1333 words - 5 pages IntroThis essay will show how these two presidents tackled the problem of Civil rights of African Americans and it will demonstrate the extent of improvements and what remained the same. When one compares the extent of improvements which these two presidents make, the immediate reaction would be one praise towards President Kennedy because of his ultimate death while one would demonise President Johnson cause of Vietnam. This essay will...

To what extent did the Federal Government contribute to the Civil Rights Movement.

1358 words - 5 pages Sophie-mae BolgerMr Foley4/11/14How much of a driving force was the Federal Government behind progress towards racial equality in the years 1945 - 1968?The federal government was a strong driving force behind progress, but certain administrations made more progress towards racial equality, I believe the Johnson administration was one of the strongest forces because he dealt with issues on a national scale and the...

To what extent has DNA technology helped our understanding of human colonisation and the spread of agriculture in Europe over the past 10 000 years? How is this supported by language evidence?

1741 words - 7 pages Although the focus of this essay is to discuss how DNA technology helped our understanding of human colonisation and the spread of agriculture in Europe over the past 10 000 years, it will first look at the recent African origin theory as it is relevant to show how modern humans arrived in Europe in the first place. As later...

"To what extent had african americans acheived equal civil rights by 1940?" A reviw of the civil rights and treatment of blacks in pre-civil-war America.

973 words - 4 pages To What Extent Had African Americans Achieved Equal Civil Rights by 1940?The civil rights of black Americans have improved greatly since the first pioneersof the civil rights movement began their quest for equality. Though most people associateblack civil rights with the radical movements of the 1950's and 60's, the African Americanfight for equal human rights had actually begun almost two hundred years...

What events, from 1937 to 1939, led to the outbreak of war in 1939, and how did war spread between 1937 and 1941?

969 words - 4 pages France and Britain declared war on Germany in 1939 and by 1941 a global war had began. The events in Europe which lead to the outbreak of war were the Munich Crisis, Anschluss, the invasion of Poland and the German-Soviet Non-Aggression Pact. The war spread because Germany invaded and occupied countries, they launched Operation...

The Spread of Christianity and Islam

1373 words - 5 pages A strange historical significance seems to surround the Middle East. It has served as the birth place for many cultures and religions. Its Fertile Crescent contained one of the earliest culture hearths where civilization developed. In this area great kingdoms of the ancient world, such as Babylon and Persia, arose to shape history. Judaism had its roots in the Middle East, and Israel--the country of God's chosen people--was formed here. Later...

The Spread of Buddhism and Christianity

1545 words - 6 pages The Spread of Buddhism and Christianity Buddhism and Christianity were each founded by one person, and then eventually grew into two of the largest religions in the world. Each religion had different reasons for the success in the spreading of each respected belief. Although both faced many hardships, the two religions overcame and prevailed through their problems and continued to find ways to attract new believers every day. ...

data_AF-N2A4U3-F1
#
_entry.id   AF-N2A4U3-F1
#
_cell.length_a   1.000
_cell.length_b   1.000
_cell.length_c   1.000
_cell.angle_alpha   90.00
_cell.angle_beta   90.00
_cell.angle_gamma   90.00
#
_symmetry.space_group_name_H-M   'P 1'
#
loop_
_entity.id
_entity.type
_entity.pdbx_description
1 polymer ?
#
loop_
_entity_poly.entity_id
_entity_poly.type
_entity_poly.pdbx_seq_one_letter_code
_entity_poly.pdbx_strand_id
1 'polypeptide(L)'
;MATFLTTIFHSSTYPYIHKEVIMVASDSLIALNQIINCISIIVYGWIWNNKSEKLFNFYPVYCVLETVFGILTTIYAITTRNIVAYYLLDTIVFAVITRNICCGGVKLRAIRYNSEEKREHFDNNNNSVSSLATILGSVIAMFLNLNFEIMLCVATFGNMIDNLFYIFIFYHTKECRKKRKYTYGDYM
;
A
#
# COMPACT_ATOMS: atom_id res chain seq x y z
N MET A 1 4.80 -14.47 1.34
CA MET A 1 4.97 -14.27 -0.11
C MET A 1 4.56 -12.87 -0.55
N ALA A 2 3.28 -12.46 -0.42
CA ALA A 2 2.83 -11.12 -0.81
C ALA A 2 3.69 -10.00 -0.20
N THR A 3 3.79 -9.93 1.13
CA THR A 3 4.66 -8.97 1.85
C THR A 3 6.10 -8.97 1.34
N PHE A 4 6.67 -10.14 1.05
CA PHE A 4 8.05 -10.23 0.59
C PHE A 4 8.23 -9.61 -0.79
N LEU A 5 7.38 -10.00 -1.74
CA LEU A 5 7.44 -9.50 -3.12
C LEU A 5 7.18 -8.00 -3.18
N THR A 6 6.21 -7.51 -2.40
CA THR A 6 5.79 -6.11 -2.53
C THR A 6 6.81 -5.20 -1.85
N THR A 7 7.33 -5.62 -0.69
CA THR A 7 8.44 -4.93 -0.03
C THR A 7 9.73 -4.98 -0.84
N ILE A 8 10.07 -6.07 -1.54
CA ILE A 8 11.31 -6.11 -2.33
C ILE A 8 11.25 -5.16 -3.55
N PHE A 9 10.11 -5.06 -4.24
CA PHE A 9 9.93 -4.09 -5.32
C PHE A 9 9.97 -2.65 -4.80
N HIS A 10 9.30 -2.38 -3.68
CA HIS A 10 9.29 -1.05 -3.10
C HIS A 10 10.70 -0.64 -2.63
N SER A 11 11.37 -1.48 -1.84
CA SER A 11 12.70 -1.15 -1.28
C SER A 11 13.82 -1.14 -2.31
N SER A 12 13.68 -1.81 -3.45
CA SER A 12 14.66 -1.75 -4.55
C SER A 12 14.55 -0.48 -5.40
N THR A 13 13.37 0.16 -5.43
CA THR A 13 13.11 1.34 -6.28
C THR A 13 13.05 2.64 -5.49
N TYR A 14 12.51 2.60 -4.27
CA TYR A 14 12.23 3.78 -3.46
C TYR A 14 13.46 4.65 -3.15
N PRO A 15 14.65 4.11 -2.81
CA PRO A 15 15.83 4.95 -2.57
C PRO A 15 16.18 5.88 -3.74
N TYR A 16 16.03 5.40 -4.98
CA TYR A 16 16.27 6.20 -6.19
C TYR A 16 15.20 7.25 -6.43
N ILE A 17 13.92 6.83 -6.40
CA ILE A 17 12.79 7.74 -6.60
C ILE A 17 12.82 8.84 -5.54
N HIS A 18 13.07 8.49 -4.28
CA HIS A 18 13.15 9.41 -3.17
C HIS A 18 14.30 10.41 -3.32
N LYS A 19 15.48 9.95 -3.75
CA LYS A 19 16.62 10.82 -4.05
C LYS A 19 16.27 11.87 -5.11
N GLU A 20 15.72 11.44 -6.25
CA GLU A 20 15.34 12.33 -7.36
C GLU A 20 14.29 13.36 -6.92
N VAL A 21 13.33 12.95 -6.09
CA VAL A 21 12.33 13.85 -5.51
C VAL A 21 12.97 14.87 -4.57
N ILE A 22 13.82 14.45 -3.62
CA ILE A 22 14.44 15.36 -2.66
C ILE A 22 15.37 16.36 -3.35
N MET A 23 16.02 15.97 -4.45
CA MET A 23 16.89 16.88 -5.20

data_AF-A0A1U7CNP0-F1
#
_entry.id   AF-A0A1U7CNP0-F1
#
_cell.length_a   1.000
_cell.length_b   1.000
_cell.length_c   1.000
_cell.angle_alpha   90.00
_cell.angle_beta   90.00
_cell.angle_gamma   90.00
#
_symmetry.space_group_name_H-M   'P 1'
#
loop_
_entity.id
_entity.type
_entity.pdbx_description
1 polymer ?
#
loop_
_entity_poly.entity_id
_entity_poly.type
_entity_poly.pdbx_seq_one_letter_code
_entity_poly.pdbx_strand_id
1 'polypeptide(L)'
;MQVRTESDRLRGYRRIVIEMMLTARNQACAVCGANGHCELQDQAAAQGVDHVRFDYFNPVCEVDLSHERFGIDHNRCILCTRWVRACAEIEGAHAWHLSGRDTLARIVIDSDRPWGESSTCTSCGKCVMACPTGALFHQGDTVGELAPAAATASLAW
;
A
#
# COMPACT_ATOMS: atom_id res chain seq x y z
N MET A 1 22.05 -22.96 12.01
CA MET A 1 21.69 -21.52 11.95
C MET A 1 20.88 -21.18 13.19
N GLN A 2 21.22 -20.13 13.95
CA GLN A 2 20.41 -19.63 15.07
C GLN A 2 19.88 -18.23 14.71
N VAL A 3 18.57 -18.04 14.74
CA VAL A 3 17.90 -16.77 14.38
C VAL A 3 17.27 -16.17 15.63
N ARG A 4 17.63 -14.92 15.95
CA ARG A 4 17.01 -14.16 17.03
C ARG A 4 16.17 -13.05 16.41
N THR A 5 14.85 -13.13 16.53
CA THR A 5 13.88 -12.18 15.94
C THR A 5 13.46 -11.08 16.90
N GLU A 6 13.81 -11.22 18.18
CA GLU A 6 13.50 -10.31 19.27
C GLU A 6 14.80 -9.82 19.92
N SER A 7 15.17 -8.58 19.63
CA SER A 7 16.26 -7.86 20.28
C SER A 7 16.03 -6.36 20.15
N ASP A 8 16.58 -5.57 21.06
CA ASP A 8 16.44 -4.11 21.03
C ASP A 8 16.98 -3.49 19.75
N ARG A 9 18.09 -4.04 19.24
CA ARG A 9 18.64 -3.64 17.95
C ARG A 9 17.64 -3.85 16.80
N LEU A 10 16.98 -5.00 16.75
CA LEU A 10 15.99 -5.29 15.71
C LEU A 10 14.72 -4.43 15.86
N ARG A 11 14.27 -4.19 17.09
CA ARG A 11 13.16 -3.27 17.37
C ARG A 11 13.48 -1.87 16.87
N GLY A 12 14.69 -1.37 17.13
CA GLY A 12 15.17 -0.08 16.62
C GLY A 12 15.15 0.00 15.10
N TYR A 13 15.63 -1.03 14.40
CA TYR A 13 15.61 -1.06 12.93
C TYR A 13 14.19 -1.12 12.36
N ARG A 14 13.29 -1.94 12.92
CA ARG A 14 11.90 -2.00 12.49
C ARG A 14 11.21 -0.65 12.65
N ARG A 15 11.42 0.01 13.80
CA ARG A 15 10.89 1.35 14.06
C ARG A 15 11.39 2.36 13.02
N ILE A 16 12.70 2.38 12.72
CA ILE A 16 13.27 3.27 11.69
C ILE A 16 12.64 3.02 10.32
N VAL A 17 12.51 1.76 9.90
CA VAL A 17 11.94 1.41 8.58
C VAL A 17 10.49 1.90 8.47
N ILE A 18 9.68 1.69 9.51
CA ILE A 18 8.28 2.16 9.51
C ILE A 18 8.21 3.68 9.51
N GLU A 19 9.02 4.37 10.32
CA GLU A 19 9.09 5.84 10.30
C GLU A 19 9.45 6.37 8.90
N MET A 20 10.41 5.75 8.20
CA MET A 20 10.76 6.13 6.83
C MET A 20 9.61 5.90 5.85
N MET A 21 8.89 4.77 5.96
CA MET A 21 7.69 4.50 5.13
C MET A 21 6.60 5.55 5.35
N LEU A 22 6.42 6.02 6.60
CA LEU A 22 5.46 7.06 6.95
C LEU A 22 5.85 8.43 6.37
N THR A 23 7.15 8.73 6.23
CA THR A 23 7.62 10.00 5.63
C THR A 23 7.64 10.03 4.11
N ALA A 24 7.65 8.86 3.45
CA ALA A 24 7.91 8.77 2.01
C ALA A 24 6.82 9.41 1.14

Similar Essays

Politics Of Socrates, Plato And Aristotle By Walubo Jude Tadeo

990 words - 4 pages Socrates, Plato and Aristotle had virtually the same beliefs about man's relation to the State, although Plato's political theory of the State was more rational than Socrates or

A Comparison Between The Universal Declaration Of Human Rights And The 1995 Uganda Constitution By Walubo Jude Tadeo, Makerere University, Kampala Uganda. 2005

4043 words - 16 pages The Universal Declaration of human Rights shares a lot in common with the Ugandan constitution. "The 1995 constitution gives hope for enjoyment of Human Rights and governance compared to its predicessors"1 Below is a survey into the relationship between the two documents. It should be noted however that there are both similarities and differences. Many Ugandan laws, as well as some sections in the Constitution, contravene the provisions of the...

Trace The Causes And Development Of Ethinicity In Uganda. By Walubo Jude Tadeo, Makere University, Kampala Uganda

9669 words - 39 pages The genesis of the ethnic crisis in Uganda, as in most parts of Africa, is mainly linked to the colonial intervention process and the particular organisation of power in society. The post-colonial practices simply enhanced it. Therefore, the formation of ethnic identities is a social construction defined by the historical conditions in which they emerge. Ethnicity is not a...

Ethinicity In Uganda Root Causes And Growth By Walubo Jude Tadeo Makerere University, Kampala

9767 words - 39 pages One of the post-independence political concerns in Uganda today is that ethnicity had been detrimental to national unity, democracy and development. There is no doubt that the conflicts in Uganda from 1964 to 1966 when Prime Minister Milton Obote overthrew President Edward Mutesa, have taken on an ethnic expression. The 1971 coup by Idi Amin, the civil war of...